Saturday, September 12, 2015

Sepia Saturday 296 : A Nascent Ephemerist And An Ecclesiastical Menu

On Thursday the 30th of October 1975, the Lord Bishop of Rochester settled down to a glass of Liebfraumilch Rosenhag (1972), some Chassagne Montrachet (1967), and, once the ladies had retired, a glass of Taylors Crusted Port. I share this information with you in the hope of connecting - however obtuse that connection may be - with the Sepia Saturday theme for this week which is a wine bottle label.

Not only can I enlighten you to the said Lord Bishop's liquid intake that evening, I can tell you what he had to eat as well. There was Creme Vichyssoise, a salmon and cucumber mousse, a chunk of venison, followed by orange sorbet and cheese ramequins. And if you are beginning to proclaim "too much information", I can top it all off by telling you that whilst he chewed away on his leg of venison he was listening to a military band play selections from Ronald Hamner's "The Oak And The Rose". I can tell you all this because I recently bought on eBay a selection of the late Lord Bishop's collected menus.


In the cold light of day, I am not sure which is odder : to have a collection of menus, to put such a collection up for sale years after the ecclesiastical diner has passed the final port, or to buy such a collection. I suspect it is the latter, but oddness is a charge I have pleaded guilty to throughout my life and the investment of a couple of quid was worth it to help me progress towards my goal of becoming an ephemerist.

As I have explained before, an ephemerist is someone who collects useless bits of paper in the belief that what others see as useless is the very essence of historical usefulness. Any Rothschild can collect Faberge eggs, any Saatchi can amass modern art, but a takes a slightly odd person, an ephemerist, to collect ecclesiastical menus.


Not only do I have the menu from the Centenary Dinner of the Institution Of Royal Engineers but I have the typed notes issued to the Bishop which includes such instructions as "10.10 MUST LEAVE DINING ROOM as some guests and members have to catch trains from 10.38 onwards (Hosts have been warned to ensure guests catch their trains regardless of "state of play")". You would never get detail like that etched on a Krugerrand.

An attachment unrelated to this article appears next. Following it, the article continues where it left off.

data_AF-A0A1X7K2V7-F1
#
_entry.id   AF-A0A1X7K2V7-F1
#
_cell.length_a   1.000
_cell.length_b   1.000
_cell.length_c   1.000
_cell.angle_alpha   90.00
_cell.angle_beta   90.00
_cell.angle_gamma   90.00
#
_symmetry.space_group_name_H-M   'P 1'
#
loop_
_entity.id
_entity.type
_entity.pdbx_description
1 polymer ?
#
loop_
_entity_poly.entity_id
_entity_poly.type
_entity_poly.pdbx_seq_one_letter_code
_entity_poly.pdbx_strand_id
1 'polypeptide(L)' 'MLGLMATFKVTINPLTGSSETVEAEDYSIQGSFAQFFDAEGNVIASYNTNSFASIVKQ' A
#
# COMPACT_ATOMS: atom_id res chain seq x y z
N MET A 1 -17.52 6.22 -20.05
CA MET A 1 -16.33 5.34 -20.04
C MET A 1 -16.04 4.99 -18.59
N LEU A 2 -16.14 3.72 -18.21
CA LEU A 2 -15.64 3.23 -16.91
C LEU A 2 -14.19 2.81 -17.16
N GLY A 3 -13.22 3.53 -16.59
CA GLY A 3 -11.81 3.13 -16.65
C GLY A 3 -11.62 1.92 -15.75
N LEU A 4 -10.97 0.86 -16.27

So I ask you to raise a glass of Chassagne Montrachet to the late Lord Bishop and a glass of Liebfraumilch to the launch of Alan Burnett as an ephemerist and noted collector of ecclesiastic menus.

Whilst you let your cheese ramequins digest and you sip on your crusted port, why not wander over to look at what other Sepian are posting on the Sepia Saturday Blog.

14 comments:

  1. This comment has been removed by the author.

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  2. So now you need to find the timetable so you know where the 10.38 went and the guest list? You can exclude me as I had just started medical school and was up to my arms in dissection.....

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  3. I'm an ephemerist, too, Alan! But I draw the line at ecclesiastical ephemery. (Say THAT five times fast after a few glasses of Chassagne Montrachet!)

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  4. Three cheers for the ephemerist !!! How else can history know about fanfares before dinner and the digestive effect of train times unless some one like you pays attention to the details of ecclesiastic life. One of your best, Alan!


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  5. I will now write "ephemerist" on all forms that require a listing of work.

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  6. I am continually amazed as to the number of people who put menus in their pockets before they boarded the Titanic life boats. Maybe they stole menus regularly to record their life's adventures.

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  7. From wine label to menu, I've enjoyed this conversation. But now I must go refill my glass, which of course was only half empty.

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  8. Your collection of menus made me smile.

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  9. I laughed out loud...several times....you are an inspiration. Methinks I can feel a new hobby taking form ;)

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  10. Ah now I know I am an ephemerist when I secrete the menu from some function or other - not just a hoarder! I wonder if the GLW would agree though.

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  11. I approve more than I can say of ephemerists. But to what organisation do you leave the originals in your will?

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  12. Are you an ephemerist if you collect your own menus, eg. menus from functions you have attended, or do they have to be from strangers? I was recently poking around in a shop that was jam packed full of old postcards and albums of ephemera, and wondering at the time who on earth would possibly want to buy that kind of thing. Now I know.

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  13. If nothing else, this menu makes me glad I was not invited. If it weren't for the venison and orange sherbet, I might have gone hungry .

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  14. Never feel out of place for what you collect. You have set yourself a challenge of unique items. Collecting menus is very common. I even have a book done by a famous graphic designer/collector that is nothing but menus. Yours goes beyond just visual. You get to know something about the event. Great fun!

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